The Leaning Tree Trunk
The right side of 'The Leaning Tree Trunk' is dominated by a dense mass of foliage and the gnarled trunk of a tree, some of whose branches twist to the left. Two single trunks stand in the foreground; that on the right bends gracefully, while that on the left reaches right out across the picture. In the background is a lake. There are three figures: a boatman in his boat, a woman gathering twigs from the tree and another woman sitting under the tree.
'The Leaning Tree Trunk' is very closely related to a painting in the National Gallery of Victoria, Melbourne, 'The Bent Tree (Morning) (Ville d’Avray, Bouleau Pond)' (R1122) (fig. 2), which, like NG 2625, was formerly in the collection of the accountant Alexander Young4. The paintings differ only in that the Melbourne picture includes a cow at the right and buildings on the far side of the lake.
The basic composition shared by these two works is to be found in a number of other paintings, including: Ville d’Avray. 'Lake with the Leaning Tree Trunk' (R1497, Reims, Musée des Beaux-Arts; fig. 3); 'Ville d’Avray. Lake with the Leaning Tree Trunk' (R1498, Evening sale, Christie’s, 24 June 2008, lot 21); 'Lake with the Leaning Tree Trunk' (R1980, location unknown) and 'Lake with the Leaning Tree Trunk: Souvenir of Castel Gandolfo' (R1626, Paris, Musée du Louvre).
A drawing also in the Louvre, 'Leaning Trees on the shores of the Lake, 1855–60' (RF 4035; fig. 4), is almost certainly a study for the Melbourne picture, to which it is more closely related than to NG 26255.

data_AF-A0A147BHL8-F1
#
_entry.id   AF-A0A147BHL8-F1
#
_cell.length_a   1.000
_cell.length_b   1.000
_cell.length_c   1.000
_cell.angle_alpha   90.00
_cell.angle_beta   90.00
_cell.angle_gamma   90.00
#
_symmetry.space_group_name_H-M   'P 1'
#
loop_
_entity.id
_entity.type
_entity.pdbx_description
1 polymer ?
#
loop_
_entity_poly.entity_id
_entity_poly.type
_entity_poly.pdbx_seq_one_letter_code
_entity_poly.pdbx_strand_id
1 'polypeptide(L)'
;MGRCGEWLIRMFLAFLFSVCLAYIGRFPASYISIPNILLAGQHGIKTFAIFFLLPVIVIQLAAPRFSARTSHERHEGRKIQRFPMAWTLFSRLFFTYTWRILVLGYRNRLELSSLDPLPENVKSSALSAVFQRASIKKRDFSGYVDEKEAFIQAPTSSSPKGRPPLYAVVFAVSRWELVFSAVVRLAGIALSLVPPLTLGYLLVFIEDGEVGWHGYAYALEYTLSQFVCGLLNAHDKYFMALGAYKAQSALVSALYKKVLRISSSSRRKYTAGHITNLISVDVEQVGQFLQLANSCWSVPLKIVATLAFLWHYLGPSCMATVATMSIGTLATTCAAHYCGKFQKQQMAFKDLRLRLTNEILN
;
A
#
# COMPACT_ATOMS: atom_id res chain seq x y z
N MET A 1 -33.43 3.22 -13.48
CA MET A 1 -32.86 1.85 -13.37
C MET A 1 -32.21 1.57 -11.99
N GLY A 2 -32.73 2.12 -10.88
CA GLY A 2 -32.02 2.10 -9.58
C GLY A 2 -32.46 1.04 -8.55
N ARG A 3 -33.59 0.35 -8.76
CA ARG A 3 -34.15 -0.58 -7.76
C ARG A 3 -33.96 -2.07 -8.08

A picture in the National Gallery of Art, Washington, also shares the motif of branches reaching out across the picture surface6. A number of the paintings, including the Melbourne picture, are associated with Ville d’Avray and its lake. The Reims picture is an accurate view of the lake at Ville d’Avray from the south-west, painted on the spot with the foreground of leafy trees added later in the studio, and it has generally been given first place in the series, with the view gradually transformed in subsequent versions, often with elements such as the boat and boatman added7.
What has not been previously noted is that Corot took the motif of the trees directly from a drawing he had made in 1826 during his first visit to Italy, 'Clump of Trees at Civita Castellana' (Washington, National Gallery of Art; fig. 5). The Reims painting follows the disposition of the trees in the drawing almost exactly, from the kink in the trunk arching across, with its slender off-shoots, to the upright silver birch trunk on the right, which is copied from the straight vertical trunk on the extreme right of the drawing. Both these trees are integral to the mass of intertwined trunks and foliage which dominate the right of both the (Italian) drawing and the painting.
By the time Corot painted NG 2625 and the Melbourne picture, the two single tree-trunks have broken away from the rest of the trees to stand in front as two separate decorative elements in the composition. Both have become more stylised, and the trunk leaning across has lost its off-shoots. The lake setting has also become more generic in 'The Leaning Tree Trunk', as in other paintings of the series, with the buildings suppressed.